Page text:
Magazine article The Wilson Quarterly

The Bulging Brain

Magazine article The Wilson Quarterly

The Bulging Brain

Article excerpt

THE SOURCE: "Sculpting the Brain" by Claus C. Hilgetag and Helen Barbas, in Scientzfic American, Feb. 2009.

EVERY TIME YOU READ AN IN Essence article, responding to it by saying "hmmm," getting mad at the author, or even flipping the page, you are exercising your cerebral cortex, which is about as thick as a piece of cardboard and as big as an extra-large pizza. The cortex fits in your skull because it folds up into consistent patterns of bulges and valleys. The geography of the brain has been studied for hundreds of years. A pseudoscience called phrenology once did considerable harm to people whose brain and, particularly, skull measurements were judged to be savage. But Claus C. Hilgetag, a neuroscientist at Jacobs University Bremen, and Helen Barbas, a professor at Boston University, say that the phrenologists may have been on to something. The shape of the brain may be critical to the causes of such mental disorders as schizophrenia and autism.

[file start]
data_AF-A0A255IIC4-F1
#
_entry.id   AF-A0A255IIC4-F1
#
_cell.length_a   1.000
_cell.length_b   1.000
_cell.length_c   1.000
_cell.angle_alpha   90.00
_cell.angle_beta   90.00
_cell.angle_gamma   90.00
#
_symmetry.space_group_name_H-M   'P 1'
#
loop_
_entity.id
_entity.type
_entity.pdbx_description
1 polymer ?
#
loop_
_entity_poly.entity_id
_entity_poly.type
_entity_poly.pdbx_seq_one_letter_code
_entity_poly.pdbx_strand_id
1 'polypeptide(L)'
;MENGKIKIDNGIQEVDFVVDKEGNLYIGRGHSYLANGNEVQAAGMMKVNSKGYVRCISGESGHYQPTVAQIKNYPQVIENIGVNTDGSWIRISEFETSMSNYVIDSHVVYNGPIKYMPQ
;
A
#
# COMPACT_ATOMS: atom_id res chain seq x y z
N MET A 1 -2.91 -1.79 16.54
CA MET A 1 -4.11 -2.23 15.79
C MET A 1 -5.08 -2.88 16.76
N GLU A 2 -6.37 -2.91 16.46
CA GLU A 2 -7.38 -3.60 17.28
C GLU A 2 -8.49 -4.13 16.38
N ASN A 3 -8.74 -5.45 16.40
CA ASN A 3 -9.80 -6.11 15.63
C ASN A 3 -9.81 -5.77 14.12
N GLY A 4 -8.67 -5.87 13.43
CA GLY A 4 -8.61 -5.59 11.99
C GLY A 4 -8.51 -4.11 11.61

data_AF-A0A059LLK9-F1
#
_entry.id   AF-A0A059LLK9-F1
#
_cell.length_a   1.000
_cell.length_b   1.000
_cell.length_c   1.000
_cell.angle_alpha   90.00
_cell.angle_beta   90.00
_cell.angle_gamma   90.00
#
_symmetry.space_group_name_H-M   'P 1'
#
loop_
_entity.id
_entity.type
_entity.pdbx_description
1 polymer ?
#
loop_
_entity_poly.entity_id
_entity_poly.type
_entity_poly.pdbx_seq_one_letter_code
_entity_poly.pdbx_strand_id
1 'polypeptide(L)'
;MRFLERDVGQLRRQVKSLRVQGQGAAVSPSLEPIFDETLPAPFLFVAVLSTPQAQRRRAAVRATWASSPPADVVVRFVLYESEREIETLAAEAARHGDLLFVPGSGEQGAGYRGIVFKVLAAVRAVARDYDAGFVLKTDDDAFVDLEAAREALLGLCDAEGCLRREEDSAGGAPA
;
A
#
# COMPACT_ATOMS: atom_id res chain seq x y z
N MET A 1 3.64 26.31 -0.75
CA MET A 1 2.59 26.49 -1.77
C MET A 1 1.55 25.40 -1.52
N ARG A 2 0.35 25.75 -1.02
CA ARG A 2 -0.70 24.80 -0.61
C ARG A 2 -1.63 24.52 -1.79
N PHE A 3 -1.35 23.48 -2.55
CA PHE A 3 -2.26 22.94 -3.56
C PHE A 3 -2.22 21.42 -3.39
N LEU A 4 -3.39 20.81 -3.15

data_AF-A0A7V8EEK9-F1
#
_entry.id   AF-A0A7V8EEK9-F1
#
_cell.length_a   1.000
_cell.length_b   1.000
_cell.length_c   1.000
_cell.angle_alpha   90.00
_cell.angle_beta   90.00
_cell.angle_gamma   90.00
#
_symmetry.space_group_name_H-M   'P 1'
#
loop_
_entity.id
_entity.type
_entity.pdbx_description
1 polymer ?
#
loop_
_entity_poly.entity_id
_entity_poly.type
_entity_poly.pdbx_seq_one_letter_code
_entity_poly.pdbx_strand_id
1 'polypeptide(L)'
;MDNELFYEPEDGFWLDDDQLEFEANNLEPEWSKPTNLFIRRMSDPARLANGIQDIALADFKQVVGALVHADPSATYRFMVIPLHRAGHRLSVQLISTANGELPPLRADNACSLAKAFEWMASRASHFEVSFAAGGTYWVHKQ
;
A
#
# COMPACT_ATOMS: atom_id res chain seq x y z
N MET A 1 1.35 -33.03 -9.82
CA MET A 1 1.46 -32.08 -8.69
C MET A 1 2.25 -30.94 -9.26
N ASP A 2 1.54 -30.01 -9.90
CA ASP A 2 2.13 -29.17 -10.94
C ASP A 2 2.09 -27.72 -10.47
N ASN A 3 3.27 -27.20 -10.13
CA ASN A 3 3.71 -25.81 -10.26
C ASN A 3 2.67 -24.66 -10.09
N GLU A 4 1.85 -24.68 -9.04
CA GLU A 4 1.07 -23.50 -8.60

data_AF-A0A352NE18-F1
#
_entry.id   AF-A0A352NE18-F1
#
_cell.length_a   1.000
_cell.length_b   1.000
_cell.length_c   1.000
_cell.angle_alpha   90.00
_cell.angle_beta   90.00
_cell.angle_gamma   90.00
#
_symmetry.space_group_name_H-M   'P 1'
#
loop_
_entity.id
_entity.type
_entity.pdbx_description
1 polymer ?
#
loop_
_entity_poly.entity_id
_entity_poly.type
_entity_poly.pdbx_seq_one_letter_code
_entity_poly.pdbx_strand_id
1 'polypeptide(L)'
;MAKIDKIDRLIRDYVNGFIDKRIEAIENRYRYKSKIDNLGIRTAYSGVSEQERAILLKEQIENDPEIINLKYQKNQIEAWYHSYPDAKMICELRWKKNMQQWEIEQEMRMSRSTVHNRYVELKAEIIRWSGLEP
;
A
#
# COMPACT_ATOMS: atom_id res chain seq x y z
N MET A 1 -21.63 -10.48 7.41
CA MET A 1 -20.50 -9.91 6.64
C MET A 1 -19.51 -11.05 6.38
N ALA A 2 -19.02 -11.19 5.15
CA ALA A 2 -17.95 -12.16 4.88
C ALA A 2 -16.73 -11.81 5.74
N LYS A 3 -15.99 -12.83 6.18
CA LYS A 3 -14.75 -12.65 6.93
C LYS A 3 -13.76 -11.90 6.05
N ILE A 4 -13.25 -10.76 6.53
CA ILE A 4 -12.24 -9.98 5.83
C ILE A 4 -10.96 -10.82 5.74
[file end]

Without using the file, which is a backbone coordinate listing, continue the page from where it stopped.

The cortex of a human fetus starts out smooth, and stays that way for about the first six months of development, according to Hilgetag and Barbas. Fetal neurons send out spindly fibers called axons that become tethered to target neurons in other areas of the cortex. As the cortex expands, the axons tighten up like bungee cords. That's how bulges are formed, as the two parts of the cortex are pulled together. By the time a baby is born, the brain has become characteristically wrinkled.

Animals lower on the evolutionary chain, such as zebra finches and platypuses, have nearly smooth cortexes. …

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